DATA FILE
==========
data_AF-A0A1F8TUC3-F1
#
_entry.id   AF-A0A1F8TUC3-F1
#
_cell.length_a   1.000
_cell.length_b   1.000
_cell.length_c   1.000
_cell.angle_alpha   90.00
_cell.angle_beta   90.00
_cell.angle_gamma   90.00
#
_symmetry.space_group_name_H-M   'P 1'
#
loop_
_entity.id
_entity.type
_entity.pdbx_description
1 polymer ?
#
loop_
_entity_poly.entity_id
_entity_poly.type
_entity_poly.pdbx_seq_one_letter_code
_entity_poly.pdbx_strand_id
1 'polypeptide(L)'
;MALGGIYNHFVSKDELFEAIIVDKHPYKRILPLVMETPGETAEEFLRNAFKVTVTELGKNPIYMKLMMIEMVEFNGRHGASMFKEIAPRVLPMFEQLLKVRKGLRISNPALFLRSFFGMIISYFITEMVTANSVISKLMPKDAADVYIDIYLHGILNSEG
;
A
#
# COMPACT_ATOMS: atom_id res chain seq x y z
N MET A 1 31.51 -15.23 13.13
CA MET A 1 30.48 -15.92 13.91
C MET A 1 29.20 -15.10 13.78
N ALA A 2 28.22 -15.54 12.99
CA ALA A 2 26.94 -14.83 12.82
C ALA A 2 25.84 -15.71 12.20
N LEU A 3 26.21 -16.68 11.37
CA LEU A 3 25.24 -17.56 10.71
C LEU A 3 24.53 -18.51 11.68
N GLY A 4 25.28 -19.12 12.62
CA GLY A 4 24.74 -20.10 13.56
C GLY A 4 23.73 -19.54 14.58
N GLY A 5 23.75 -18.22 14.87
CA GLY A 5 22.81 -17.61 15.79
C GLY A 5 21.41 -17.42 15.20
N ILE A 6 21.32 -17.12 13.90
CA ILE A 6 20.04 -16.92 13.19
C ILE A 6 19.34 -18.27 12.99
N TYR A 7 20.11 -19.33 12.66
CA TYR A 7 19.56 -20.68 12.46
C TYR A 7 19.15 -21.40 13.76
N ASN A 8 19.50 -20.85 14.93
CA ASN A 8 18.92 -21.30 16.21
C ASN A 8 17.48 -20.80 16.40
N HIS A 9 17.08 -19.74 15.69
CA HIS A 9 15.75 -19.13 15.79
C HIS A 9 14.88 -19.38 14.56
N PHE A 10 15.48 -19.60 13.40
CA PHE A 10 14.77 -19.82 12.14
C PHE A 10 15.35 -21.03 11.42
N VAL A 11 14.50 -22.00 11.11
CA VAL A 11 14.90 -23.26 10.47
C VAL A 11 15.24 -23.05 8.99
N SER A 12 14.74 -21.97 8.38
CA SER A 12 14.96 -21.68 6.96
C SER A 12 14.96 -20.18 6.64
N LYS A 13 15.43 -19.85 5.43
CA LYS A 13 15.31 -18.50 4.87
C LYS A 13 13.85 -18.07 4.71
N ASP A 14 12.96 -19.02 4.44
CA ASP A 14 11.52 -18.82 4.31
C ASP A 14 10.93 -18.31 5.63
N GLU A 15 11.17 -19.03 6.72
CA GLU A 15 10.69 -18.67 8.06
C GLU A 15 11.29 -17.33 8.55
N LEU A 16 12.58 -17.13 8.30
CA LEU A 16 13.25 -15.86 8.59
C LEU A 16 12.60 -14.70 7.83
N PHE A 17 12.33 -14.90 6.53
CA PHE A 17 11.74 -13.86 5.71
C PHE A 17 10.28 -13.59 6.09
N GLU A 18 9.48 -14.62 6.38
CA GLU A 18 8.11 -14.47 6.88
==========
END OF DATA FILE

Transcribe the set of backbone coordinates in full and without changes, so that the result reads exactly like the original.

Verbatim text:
data_AF-A0A1F8TUC3-F1
#
_entry.id   AF-A0A1F8TUC3-F1
#
_cell.length_a   1.000
_cell.length_b   1.000
_cell.length_c   1.000
_cell.angle_alpha   90.00
_cell.angle_beta   90.00
_cell.angle_gamma   90.00
#
_symmetry.space_group_name_H-M   'P 1'
#
loop_
_entity.id
_entity.type
_entity.pdbx_description
1 polymer ?
#
loop_
_entity_poly.entity_id
_entity_poly.type
_entity_poly.pdbx_seq_one_letter_code
_entity_poly.pdbx_strand_id
1 'polypeptide(L)'
;MALGGIYNHFVSKDELFEAIIVDKHPYKRILPLVMETPGETAEEFLRNAFKVTVTELGKNPIYMKLMMIEMVEFNGRHGASMFKEIAPRVLPMFEQLLKVRKGLRISNPALFLRSFFGMIISYFITEMVTANSVISKLMPKDAADVYIDIYLHGILNSEG
;
A
#
# COMPACT_ATOMS: atom_id res chain seq x y z
N MET A 1 31.51 -15.23 13.13
CA MET A 1 30.48 -15.92 13.91
C MET A 1 29.20 -15.10 13.78
N ALA A 2 28.22 -15.54 12.99
CA ALA A 2 26.94 -14.83 12.82
C ALA A 2 25.84 -15.71 12.20
N LEU A 3 26.21 -16.68 11.37
CA LEU A 3 25.24 -17.56 10.71
C LEU A 3 24.53 -18.51 11.68
N GLY A 4 25.28 -19.12 12.62
CA GLY A 4 24.74 -20.10 13.56
C GLY A 4 23.73 -19.54 14.58
N GLY A 5 23.75 -18.22 14.87
CA GLY A 5 22.81 -17.61 15.79
C GLY A 5 21.41 -17.42 15.20
N ILE A 6 21.32 -17.12 13.90
CA ILE A 6 20.04 -16.92 13.19
C ILE A 6 19.34 -18.27 12.99
N TYR A 7 20.11 -19.33 12.66
CA TYR A 7 19.56 -20.68 12.46
C TYR A 7 19.15 -21.40 13.76
N ASN A 8 19.50 -20.85 14.93
CA ASN A 8 18.92 -21.30 16.21
C ASN A 8 17.48 -20.80 16.40
N HIS A 9 17.08 -19.74 15.69
CA HIS A 9 15.75 -19.13 15.79
C HIS A 9 14.88 -19.38 14.56
N PHE A 10 15.48 -19.60 13.40
CA PHE A 10 14.77 -19.82 12.14
C PHE A 10 15.35 -21.03 11.42
N VAL A 11 14.50 -22.00 11.11
CA VAL A 11 14.90 -23.26 10.47
C VAL A 11 15.24 -23.05 8.99
N SER A 12 14.74 -21.97 8.38
CA SER A 12 14.96 -21.68 6.96
C SER A 12 14.96 -20.18 6.64
N LYS A 13 15.43 -19.85 5.43
CA LYS A 13 15.31 -18.50 4.87
C LYS A 13 13.85 -18.07 4.71
N ASP A 14 12.96 -19.02 4.44
CA ASP A 14 11.52 -18.82 4.31
C ASP A 14 10.93 -18.31 5.63
N GLU A 15 11.17 -19.03 6.72
CA GLU A 15 10.69 -18.67 8.06
C GLU A 15 11.29 -17.33 8.55
N LEU A 16 12.58 -17.13 8.30
CA LEU A 16 13.25 -15.86 8.59
C LEU A 16 12.60 -14.70 7.83
N PHE A 17 12.33 -14.90 6.53
CA PHE A 17 11.74 -13.86 5.71
C PHE A 17 10.28 -13.59 6.09
N GLU A 18 9.48 -14.62 6.38
CA GLU A 18 8.11 -14.47 6.88